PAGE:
If you have ever Googled ‘millennial article’ you will be overwhelmed by people’s opinions of this seemingly controversial generation. People of all ages, careers, and backgrounds think they have millennials pegged when in reality; very few have bothered to ask millennials to share their perspectives.  This blog will hopefully shed some light on common myths and stereotypes about millennials (of which I am one) and provide insights from the perspective of a real-life employee born in 1996.

     The most intriguing myth I’ve encountered is that Gen X and Baby Boomers believe that millennials were raised improperly. The ironic thing about that statement is that those are the people that did the raising. Nonetheless, the criticisms include:

  • We were always told “yes”: Maybe it’s true that our parents coddled us slightly as we grew up, that that’s not necessarily a bad thing. Being told yes means we expect the best from ourselves, which translates positively in our work.
  • We were given trophies for participation or even for losing: This article talks about why baby boomers were overprotective parents and that it may not be as bad as people are describing.
  • We have never experienced life without the Internet or social media, which means we are obsessed with ourselves: We are not narcissistic (well, at least not most of us). We are just better at reacting to this ever-changing time for technology and advances in communication.  We are prepared for a world that is always throwing us new things and we want people to know that we are confident.
  • We have never experienced failure: This one is just not true.  Although we were handed a smaller trophy for losing a little league baseball game we still felt that pit in our stomachs that was disappointment in ourselves.
  • We have been told we are outstanding our entire lives: Perhaps it is true that we’ve always been show appreciation and affection from parents and coaches, but that does not negatively effect how we are in the workplace. If anything, it creates a need within us to always succeed and look for what we can do to improve.
  • We aren’t good at taking criticism: Although we are a confident generation, we crave advice from mentors, family, and friends. This applies to a millennial’s career because we except to be guided along in our job to help reach our goals and work productively. This article sheds light on what millennials are truly all about.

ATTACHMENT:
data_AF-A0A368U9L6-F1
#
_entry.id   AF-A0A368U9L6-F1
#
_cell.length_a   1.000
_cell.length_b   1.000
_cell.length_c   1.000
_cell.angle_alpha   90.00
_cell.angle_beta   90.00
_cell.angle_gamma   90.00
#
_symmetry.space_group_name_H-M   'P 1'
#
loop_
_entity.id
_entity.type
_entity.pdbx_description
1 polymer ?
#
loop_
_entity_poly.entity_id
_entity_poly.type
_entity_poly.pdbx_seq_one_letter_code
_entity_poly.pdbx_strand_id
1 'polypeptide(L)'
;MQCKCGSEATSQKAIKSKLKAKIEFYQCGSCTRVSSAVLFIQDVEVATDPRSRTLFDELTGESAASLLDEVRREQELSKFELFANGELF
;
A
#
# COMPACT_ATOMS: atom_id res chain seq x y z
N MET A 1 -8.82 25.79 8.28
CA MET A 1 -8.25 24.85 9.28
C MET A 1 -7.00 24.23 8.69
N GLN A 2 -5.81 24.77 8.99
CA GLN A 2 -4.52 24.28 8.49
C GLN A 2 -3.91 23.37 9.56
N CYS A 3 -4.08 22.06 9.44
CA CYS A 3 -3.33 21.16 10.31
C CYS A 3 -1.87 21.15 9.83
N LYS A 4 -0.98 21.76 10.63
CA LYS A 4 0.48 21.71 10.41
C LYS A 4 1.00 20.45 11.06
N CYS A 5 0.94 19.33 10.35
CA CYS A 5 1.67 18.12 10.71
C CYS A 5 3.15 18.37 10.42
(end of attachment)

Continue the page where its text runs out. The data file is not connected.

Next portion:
We may be known as the “watch me” generation but perhaps the very traits that we are criticized for are what makes us great workers.  We have been raised (by baby boomers) to believe that we can do anything we set our minds to as long as we put the effort in. We also thirst for direction from the leaders around us and want to be told exactly what needs to be done and how to do it.  Like generations before us, we take our careers very seriously and do not want to let down our colleagues and teams. One of the only differences is that we don’t need to sit in a cubical from nine to five to complete our necessary tasks.  Our nontraditional upbringing also leads to work more effectively by our own individual standards. Being different than the workers that our parents were is not a negative attribute. We are shaping ourselves along with the world around us.

     Possibly the biggest myth of all is the idea that we are self-absorbed because of our involvement in technology. It is true that we are the first generation in the world that has always had access to a computer and the Internet but that only means that there is no way to compare us. Our self-esteem and perception of others are based on our interactions on social media, which means we must be confident enough to display our entire lives online for anyone to see. This makes us great employees because of our openness and honesty.

     Moral of the story; don’t judge a generation by it’s news articles. As more and more millennials enter the workforce America will see a great shift in morale and collaboration. Just because we were raised differently than any generation before us does not make us bad workers or lazy narcissists. Give us a chance and we’ll show you what we can do

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